I’m headed to Istanbul for work next week. My first time there. I’ve yet to meet anyone who has visited and not been bowled over by the place. Having travelled extensively in Europe and moderately in the Middle East and being a lover of nearly everything Mediterranean I am more than a little excited. I’m still trolling for tips on things to do. I’ll have an entire day to myself and I plan to make the most of it. For one, I’ll be searching for an authentic Turkish bath house — a task made a little easier because of some tips I received at the Turkish consulate today.
And there you have a key difference between the Turkish consulate and its Egyptian and Chinese counterparts. The Egyptian consulate (at least in Chicago) verily prints money from travellers with their bizarre fee structure and impersonal, single bank teller-like operation. The Chinese consulate, in contrast, is massive and patrolled (currently against Falun Gong protesters). Remarkably the Chinese have brought all the splendor of Maoist architecture to the interior of their Chicago offices. By the time you reach the window you’re ready to be collectivized. And do not mess with the schoolmarmish window attendant. I believe you will lose your pinky for doing so. (I wonder if consulates, like DC embassies, are technically on foreign soil and obey foreign laws?)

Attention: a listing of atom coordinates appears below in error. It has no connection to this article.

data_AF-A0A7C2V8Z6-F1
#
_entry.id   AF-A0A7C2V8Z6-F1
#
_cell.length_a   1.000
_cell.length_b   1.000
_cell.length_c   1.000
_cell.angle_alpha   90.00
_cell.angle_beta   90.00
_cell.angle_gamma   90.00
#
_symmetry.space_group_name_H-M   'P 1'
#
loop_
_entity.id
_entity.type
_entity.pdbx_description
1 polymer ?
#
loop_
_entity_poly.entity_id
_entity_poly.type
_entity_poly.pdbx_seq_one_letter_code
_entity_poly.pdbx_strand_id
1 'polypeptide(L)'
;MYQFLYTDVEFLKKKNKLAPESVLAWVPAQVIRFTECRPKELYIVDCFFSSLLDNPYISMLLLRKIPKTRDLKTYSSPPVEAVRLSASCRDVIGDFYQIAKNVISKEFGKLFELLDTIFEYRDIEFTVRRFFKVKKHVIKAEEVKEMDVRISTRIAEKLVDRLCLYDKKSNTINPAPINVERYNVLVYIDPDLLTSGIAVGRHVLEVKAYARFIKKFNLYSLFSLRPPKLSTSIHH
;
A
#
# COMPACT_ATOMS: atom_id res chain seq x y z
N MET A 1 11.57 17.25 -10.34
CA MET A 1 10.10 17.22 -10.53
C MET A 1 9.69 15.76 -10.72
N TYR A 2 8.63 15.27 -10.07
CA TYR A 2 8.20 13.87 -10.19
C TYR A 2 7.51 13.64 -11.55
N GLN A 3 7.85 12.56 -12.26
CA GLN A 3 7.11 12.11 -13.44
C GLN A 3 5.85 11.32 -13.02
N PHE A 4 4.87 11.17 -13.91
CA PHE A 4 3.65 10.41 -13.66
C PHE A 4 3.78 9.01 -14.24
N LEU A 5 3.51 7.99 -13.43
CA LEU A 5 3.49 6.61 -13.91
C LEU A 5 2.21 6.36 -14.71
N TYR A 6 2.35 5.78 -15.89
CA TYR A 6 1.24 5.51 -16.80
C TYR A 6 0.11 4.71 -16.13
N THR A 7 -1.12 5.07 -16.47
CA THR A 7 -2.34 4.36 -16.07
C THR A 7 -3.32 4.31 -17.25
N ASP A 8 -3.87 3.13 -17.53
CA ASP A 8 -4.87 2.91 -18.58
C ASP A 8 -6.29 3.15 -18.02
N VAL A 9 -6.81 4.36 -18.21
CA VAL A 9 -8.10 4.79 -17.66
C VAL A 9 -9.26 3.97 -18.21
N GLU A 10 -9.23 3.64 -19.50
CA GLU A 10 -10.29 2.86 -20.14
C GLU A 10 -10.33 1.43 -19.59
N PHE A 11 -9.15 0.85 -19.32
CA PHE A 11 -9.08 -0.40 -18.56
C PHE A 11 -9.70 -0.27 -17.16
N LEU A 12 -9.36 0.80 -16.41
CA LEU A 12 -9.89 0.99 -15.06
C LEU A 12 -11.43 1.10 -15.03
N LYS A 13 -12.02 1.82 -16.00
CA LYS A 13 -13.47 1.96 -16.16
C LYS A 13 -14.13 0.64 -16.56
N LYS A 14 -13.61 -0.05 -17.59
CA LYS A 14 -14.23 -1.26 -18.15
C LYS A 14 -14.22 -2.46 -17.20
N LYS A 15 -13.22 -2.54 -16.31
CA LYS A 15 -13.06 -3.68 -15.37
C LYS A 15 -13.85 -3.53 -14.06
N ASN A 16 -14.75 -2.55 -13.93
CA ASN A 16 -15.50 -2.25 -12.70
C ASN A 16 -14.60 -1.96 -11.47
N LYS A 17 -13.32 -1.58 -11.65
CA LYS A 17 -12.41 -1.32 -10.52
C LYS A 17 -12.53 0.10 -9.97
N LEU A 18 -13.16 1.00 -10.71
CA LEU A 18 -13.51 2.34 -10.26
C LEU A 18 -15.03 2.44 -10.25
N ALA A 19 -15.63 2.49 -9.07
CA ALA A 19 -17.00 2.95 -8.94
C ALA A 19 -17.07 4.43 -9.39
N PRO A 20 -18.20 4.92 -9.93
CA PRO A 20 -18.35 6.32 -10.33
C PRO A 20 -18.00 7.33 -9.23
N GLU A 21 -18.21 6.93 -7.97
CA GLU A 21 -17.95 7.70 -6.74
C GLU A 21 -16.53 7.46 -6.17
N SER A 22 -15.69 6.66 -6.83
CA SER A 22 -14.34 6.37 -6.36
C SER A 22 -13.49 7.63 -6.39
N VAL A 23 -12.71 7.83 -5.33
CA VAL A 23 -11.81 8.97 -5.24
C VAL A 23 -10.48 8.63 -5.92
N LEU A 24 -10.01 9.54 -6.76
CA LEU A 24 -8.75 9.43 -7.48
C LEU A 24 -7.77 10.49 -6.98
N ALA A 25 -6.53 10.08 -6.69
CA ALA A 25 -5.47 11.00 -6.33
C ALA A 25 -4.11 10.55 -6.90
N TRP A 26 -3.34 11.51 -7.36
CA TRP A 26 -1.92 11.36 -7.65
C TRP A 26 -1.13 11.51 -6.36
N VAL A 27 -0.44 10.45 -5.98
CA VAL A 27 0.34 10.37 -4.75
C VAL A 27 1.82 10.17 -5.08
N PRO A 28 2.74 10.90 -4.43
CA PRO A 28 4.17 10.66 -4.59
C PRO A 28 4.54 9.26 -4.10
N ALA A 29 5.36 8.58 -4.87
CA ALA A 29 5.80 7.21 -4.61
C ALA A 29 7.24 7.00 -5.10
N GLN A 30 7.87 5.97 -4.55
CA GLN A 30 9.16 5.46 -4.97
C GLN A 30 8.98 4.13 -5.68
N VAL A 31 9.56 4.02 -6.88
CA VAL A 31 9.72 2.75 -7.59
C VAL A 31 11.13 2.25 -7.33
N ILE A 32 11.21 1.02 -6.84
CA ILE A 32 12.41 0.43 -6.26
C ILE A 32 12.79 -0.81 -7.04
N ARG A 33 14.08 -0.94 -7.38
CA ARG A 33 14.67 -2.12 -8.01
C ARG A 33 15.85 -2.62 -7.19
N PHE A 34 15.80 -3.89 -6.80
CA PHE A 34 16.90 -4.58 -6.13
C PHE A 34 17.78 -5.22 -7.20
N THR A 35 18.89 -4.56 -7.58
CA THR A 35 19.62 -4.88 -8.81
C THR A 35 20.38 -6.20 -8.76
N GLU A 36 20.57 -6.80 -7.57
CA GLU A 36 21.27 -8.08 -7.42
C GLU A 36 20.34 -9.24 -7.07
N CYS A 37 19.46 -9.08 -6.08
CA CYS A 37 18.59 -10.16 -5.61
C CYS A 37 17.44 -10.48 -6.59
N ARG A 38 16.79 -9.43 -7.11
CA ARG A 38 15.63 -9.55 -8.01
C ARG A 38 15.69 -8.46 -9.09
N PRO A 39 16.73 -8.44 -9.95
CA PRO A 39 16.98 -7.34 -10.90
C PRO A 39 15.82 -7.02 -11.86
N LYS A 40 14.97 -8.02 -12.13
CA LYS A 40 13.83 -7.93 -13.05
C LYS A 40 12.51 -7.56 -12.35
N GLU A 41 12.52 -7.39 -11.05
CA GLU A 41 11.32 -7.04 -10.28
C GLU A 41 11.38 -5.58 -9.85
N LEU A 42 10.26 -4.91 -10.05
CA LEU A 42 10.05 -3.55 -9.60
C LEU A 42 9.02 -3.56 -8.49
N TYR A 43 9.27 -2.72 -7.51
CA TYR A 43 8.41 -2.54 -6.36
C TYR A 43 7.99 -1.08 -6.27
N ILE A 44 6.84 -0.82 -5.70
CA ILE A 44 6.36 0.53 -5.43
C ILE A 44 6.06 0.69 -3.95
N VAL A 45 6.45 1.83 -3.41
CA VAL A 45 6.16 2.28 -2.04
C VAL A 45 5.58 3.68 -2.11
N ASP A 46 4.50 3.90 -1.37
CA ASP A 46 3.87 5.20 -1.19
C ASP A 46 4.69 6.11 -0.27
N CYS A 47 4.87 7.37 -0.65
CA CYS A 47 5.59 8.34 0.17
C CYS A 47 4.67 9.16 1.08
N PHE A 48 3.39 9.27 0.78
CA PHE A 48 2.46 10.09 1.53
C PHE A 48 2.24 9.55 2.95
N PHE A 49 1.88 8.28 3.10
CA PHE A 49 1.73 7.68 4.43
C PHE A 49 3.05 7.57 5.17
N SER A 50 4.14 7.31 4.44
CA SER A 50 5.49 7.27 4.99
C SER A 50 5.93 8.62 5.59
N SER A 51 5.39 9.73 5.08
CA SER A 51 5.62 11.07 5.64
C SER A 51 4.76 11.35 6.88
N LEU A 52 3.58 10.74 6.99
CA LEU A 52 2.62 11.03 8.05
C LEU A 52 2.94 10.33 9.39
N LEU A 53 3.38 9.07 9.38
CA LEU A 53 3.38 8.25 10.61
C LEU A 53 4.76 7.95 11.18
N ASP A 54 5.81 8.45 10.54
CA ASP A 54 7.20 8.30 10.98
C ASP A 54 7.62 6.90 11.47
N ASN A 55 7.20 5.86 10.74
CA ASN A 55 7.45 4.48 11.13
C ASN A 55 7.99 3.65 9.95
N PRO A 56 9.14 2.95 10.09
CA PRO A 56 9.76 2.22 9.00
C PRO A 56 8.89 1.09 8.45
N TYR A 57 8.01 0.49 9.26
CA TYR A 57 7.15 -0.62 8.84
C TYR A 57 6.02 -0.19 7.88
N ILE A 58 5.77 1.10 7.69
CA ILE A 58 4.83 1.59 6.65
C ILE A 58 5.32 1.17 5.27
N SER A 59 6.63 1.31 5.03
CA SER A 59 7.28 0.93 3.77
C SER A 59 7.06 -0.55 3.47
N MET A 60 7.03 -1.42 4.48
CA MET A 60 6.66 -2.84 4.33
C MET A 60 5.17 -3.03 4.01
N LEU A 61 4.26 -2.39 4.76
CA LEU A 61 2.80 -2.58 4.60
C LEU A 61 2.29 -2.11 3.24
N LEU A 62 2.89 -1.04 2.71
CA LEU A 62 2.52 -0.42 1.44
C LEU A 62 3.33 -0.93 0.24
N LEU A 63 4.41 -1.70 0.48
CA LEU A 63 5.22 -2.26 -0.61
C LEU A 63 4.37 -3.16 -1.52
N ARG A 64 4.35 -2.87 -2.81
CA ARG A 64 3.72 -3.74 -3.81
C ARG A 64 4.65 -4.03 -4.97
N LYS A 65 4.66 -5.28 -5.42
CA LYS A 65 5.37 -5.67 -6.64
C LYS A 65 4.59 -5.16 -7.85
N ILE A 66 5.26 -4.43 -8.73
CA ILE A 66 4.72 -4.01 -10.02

But the Turkish consulate was different. Open, airy, and not unlike a travel agent office. The clerk greeted me personally and led me to his office to fill out the paperwork. The detail so craved in other visa applications seemed secondary. I figured I would have to pay an expedite fee just to get my visa (and passport!) back on the day I left. But he asked if I would like it back at noon. Regular cost. Hey sure.
When I returned later in the day the clerk asked me to have a seat and tell me why I was going to Turkey. (I had no time, but I did anyway.) He was the nicest old guy, giving me tips and telling me that, unlike Chicago cops who love to ticket out-of-towners — he specifically said people from Wisconsin — Istanbul cops love foreigners. In retrospect I think he was either encouraging me to commit a crime in Turkey or testing to see if I was a criminal seeking asylum in his country. From this discussion came the Turkish bath recommendation. Not a tourist bath house, mind you, but where the locals go. No English spoken.
Perfect. Just what you want when surrounded by naked men.
Joey, have you ever been to a Turkish prison?